Analysts have long predicted that converged devices like smartphones will replace PDAs, cell phones, and laptops. That prediction was repeated last week by yet another study describing a hockey-stick-like growth curve for smartphones.
As attractive as smartphones and other converged devices are, they are unlikely to become the sole device carried by many mobile workers. That's because there inevitably are sacrifices when you shrink the size of devices and increase the number of things they can do. It isn't to be writing a long e-mail message on a small communicator or pda.
As a result, many, if not most, road warriors will still need a laptop, even as converged devices replace cell phones and PDAs. That's why it might be more accurate to think of smartphones and the like as the devices that PDAs and cell phones should have been all along, instead of replacements for all other mobile devices. As such, they deserve to sell like hotcakes, particularly when prices come down and new capabilities, such as Wi-Fi and wireline access, are added.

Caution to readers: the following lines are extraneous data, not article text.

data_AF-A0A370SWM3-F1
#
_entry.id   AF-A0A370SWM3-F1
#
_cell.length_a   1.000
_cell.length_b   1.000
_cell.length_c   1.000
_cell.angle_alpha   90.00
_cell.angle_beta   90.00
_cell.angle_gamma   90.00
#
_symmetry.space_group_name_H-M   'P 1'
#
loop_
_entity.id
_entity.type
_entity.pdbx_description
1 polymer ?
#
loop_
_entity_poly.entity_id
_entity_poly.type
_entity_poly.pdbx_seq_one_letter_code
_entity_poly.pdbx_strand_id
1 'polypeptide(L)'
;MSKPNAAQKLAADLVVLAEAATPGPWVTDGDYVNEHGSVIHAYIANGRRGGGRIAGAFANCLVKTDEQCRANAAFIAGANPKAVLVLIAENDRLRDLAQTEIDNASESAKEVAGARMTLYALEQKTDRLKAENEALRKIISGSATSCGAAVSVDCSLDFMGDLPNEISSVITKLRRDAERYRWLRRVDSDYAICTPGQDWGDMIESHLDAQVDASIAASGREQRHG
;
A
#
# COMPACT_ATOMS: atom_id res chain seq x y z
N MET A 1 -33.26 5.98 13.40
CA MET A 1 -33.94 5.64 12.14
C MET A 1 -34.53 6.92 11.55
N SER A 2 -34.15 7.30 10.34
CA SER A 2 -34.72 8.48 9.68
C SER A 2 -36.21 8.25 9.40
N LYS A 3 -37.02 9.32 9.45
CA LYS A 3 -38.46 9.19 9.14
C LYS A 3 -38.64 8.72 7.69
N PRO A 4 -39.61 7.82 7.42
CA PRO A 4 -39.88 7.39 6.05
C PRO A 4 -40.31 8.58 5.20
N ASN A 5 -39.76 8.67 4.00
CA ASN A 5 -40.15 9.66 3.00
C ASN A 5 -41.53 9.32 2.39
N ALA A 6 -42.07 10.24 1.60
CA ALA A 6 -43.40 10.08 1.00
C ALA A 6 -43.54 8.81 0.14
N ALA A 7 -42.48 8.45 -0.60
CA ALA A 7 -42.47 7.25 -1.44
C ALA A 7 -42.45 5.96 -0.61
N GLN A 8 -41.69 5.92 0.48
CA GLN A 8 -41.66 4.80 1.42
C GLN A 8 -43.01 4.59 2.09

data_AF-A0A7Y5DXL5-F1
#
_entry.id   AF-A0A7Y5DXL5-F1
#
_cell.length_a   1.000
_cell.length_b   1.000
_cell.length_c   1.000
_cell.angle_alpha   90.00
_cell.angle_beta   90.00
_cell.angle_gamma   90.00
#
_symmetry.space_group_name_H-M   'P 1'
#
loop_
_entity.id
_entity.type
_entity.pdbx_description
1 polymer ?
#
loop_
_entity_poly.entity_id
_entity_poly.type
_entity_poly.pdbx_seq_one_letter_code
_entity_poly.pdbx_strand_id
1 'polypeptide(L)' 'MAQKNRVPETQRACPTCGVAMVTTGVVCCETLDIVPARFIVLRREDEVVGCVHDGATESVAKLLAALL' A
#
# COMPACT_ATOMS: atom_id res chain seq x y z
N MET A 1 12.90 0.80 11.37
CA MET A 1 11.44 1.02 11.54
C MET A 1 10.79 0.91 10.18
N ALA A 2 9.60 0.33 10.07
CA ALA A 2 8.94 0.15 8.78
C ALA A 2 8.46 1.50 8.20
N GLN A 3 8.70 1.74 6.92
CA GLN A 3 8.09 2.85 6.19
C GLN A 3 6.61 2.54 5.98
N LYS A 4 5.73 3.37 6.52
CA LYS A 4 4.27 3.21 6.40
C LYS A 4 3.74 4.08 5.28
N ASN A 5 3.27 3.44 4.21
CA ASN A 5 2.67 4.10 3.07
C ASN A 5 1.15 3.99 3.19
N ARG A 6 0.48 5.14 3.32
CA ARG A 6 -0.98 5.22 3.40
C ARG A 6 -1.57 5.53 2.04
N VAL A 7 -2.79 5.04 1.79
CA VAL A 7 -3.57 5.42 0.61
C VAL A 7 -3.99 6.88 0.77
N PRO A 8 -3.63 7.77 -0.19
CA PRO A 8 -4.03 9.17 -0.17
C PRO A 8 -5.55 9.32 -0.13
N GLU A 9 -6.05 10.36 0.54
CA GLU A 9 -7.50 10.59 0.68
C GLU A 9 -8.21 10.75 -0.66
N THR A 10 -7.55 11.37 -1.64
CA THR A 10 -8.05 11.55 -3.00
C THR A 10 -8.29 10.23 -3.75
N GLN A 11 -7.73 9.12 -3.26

More important, these new-generation devices push us closer to the dream of ubiquitous access to information. That dream may never be fully realized, but the closer we get, the more efficient and productive we become. That is the true value of converged devices, and it's why enterprises should take an increasingly close look at them.